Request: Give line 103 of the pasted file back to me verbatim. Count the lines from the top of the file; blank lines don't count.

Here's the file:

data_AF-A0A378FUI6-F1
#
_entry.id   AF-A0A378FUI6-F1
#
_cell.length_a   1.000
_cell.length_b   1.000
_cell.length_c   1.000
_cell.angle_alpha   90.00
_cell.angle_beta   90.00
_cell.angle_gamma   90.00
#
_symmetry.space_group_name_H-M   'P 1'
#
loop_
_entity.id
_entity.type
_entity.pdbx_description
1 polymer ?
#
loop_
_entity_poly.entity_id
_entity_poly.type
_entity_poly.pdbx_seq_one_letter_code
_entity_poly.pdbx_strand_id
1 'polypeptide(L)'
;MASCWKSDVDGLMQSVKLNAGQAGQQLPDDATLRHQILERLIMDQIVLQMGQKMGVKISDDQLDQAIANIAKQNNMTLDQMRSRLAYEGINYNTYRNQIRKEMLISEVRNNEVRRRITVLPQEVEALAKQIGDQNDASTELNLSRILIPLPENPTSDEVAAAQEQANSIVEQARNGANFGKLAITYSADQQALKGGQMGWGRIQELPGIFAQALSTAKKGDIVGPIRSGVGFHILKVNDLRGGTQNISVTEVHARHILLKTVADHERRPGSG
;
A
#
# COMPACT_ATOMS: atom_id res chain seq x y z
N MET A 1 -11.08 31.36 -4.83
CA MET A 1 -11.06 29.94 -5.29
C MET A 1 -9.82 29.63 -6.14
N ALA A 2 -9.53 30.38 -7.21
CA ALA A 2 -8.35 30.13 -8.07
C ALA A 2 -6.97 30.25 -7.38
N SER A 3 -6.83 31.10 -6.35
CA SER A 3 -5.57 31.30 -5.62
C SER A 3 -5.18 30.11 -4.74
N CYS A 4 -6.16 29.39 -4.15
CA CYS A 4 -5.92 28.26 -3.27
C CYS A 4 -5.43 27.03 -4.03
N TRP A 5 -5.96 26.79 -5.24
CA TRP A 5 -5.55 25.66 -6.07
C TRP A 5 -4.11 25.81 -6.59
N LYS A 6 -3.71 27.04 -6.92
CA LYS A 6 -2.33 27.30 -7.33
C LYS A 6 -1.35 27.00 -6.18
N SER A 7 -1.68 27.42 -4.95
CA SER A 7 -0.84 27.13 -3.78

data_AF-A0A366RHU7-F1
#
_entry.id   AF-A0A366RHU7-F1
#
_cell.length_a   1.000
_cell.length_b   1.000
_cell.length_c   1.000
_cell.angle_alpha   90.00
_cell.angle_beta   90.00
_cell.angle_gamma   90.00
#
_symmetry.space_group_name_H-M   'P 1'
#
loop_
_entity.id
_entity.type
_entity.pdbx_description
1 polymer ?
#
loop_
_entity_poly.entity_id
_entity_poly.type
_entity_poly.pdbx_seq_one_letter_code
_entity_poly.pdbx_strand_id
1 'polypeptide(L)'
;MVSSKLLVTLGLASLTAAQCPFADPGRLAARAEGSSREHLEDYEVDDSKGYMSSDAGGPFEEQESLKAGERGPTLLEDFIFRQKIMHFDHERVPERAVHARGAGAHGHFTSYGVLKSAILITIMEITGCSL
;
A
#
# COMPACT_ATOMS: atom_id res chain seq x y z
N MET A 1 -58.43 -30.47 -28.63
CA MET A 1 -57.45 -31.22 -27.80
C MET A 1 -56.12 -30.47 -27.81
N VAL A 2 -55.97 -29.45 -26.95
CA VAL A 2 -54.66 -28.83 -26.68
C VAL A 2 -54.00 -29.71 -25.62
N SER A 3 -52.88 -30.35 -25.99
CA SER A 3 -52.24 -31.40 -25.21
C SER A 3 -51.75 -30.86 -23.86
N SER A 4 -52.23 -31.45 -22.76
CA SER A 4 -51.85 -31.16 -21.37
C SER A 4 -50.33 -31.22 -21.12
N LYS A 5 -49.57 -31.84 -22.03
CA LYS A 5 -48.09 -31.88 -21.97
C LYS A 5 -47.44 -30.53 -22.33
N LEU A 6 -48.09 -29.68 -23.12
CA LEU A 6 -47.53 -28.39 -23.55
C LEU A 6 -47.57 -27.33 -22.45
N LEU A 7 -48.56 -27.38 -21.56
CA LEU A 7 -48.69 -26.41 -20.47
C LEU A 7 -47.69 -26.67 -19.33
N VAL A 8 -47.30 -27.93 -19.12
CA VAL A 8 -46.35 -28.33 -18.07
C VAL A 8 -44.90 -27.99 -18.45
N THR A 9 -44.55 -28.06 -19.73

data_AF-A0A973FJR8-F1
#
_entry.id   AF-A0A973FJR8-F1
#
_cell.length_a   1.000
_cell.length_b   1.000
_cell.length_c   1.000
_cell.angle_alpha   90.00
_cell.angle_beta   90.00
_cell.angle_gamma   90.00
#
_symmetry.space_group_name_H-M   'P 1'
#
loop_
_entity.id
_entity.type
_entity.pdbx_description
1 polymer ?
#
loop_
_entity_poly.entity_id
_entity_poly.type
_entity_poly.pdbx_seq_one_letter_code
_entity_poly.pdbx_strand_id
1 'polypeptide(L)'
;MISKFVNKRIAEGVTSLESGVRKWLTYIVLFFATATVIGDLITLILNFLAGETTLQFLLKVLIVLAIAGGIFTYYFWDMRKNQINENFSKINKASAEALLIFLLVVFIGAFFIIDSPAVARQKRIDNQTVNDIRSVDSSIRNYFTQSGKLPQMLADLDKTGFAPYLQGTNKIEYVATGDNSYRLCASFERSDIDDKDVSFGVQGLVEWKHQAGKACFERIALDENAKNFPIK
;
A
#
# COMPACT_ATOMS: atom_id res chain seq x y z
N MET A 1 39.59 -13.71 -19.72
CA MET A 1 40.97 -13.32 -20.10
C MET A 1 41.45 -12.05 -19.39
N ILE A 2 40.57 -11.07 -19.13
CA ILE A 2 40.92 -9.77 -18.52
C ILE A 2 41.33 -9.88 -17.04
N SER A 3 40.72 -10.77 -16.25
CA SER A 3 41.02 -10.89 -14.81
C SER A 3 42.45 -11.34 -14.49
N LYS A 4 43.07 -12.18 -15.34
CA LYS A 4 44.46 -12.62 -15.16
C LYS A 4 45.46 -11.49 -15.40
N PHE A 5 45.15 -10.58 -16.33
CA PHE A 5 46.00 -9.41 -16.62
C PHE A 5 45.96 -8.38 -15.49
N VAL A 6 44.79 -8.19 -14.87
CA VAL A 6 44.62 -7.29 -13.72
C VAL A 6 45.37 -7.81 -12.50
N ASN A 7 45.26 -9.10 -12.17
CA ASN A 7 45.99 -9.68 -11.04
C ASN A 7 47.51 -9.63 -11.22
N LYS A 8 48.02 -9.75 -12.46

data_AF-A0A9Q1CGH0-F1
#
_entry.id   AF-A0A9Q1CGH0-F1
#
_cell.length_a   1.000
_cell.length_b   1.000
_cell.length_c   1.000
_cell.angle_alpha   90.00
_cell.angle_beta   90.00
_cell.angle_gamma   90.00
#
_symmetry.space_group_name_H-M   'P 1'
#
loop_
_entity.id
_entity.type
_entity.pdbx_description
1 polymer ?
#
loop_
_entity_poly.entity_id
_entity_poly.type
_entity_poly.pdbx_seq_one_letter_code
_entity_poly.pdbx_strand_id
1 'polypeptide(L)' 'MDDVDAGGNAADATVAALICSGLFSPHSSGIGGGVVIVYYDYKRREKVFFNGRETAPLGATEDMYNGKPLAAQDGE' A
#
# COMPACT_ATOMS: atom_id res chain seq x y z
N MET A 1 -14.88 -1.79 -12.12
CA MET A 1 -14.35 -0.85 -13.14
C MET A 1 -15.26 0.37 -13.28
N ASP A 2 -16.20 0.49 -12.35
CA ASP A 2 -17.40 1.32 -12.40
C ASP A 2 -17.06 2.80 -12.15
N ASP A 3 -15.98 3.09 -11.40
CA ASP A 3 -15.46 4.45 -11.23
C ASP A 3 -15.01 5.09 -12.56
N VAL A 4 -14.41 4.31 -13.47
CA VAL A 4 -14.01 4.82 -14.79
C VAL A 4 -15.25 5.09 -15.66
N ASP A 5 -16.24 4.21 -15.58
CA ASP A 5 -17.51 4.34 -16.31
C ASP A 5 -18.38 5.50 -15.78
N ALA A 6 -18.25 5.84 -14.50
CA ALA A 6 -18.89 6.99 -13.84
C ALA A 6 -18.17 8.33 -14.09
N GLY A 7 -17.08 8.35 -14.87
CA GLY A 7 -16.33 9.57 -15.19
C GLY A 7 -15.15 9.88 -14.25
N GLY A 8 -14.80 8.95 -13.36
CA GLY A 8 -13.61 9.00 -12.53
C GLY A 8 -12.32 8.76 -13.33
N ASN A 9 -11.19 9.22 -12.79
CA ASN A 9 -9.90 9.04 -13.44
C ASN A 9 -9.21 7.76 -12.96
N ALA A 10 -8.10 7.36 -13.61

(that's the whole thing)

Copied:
CA VAL A 8 -46.35 -28.33 -18.07